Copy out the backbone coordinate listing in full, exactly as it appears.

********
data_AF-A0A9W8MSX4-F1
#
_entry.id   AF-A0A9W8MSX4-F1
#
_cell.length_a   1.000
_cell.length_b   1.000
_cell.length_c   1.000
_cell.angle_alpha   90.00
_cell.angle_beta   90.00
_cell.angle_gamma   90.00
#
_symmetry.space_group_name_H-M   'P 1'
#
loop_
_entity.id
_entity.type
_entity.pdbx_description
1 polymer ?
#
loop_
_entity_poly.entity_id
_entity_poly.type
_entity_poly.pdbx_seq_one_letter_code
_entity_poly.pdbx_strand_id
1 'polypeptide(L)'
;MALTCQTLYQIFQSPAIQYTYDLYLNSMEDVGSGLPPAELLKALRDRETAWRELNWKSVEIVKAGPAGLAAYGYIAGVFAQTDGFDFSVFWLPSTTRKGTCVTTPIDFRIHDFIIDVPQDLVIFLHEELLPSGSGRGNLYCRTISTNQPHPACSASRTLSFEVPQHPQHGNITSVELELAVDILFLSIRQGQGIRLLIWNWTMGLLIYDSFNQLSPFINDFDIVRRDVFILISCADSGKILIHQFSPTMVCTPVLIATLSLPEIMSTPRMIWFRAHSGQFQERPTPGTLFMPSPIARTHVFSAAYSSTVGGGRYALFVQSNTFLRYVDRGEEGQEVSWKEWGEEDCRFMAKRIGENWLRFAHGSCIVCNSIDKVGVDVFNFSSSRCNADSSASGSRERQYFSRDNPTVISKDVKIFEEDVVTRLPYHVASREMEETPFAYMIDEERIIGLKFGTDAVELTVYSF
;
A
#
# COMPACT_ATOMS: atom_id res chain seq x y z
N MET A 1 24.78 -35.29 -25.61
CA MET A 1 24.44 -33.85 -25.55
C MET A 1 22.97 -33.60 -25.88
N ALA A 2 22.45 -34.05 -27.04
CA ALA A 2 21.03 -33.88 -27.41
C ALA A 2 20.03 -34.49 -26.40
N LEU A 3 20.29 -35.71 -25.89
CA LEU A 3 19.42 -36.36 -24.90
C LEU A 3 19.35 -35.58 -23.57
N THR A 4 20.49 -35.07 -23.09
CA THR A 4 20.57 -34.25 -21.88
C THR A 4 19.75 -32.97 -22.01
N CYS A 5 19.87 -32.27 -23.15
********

data_AF-A0A9W8MSX4-F1
#
_entry.id   AF-A0A9W8MSX4-F1
#
_cell.length_a   1.000
_cell.length_b   1.000
_cell.length_c   1.000
_cell.angle_alpha   90.00
_cell.angle_beta   90.00
_cell.angle_gamma   90.00
#
_symmetry.space_group_name_H-M   'P 1'
#
loop_
_entity.id
_entity.type
_entity.pdbx_description
1 polymer ?
#
loop_
_entity_poly.entity_id
_entity_poly.type
_entity_poly.pdbx_seq_one_letter_code
_entity_poly.pdbx_strand_id
1 'polypeptide(L)'
;MALTCQTLYQIFQSPAIQYTYDLYLNSMEDVGSGLPPAELLKALRDRETAWRELNWKSVEIVKAGPAGLAAYGYIAGVFAQTDGFDFSVFWLPSTTRKGTCVTTPIDFRIHDFIIDVPQDLVIFLHEELLPSGSGRGNLYCRTISTNQPHPACSASRTLSFEVPQHPQHGNITSVELELAVDILFLSIRQGQGIRLLIWNWTMGLLIYDSFNQLSPFINDFDIVRRDVFILISCADSGKILIHQFSPTMVCTPVLIATLSLPEIMSTPRMIWFRAHSGQFQERPTPGTLFMPSPIARTHVFSAAYSSTVGGGRYALFVQSNTFLRYVDRGEEGQEVSWKEWGEEDCRFMAKRIGENWLRFAHGSCIVCNSIDKVGVDVFNFSSSRCNADSSASGSRERQYFSRDNPTVISKDVKIFEEDVVTRLPYHVASREMEETPFAYMIDEERIIGLKFGTDAVELTVYSF
;
A
#
# COMPACT_ATOMS: atom_id res chain seq x y z
N MET A 1 24.78 -35.29 -25.61
CA MET A 1 24.44 -33.85 -25.55
C MET A 1 22.97 -33.60 -25.88
N ALA A 2 22.45 -34.05 -27.04
CA ALA A 2 21.03 -33.88 -27.41
C ALA A 2 20.03 -34.49 -26.40
N LEU A 3 20.29 -35.71 -25.89
CA LEU A 3 19.42 -36.36 -24.90
C LEU A 3 19.35 -35.58 -23.57
N THR A 4 20.49 -35.07 -23.09
CA THR A 4 20.57 -34.25 -21.88
C THR A 4 19.75 -32.97 -22.01
N CYS A 5 19.87 -32.27 -23.15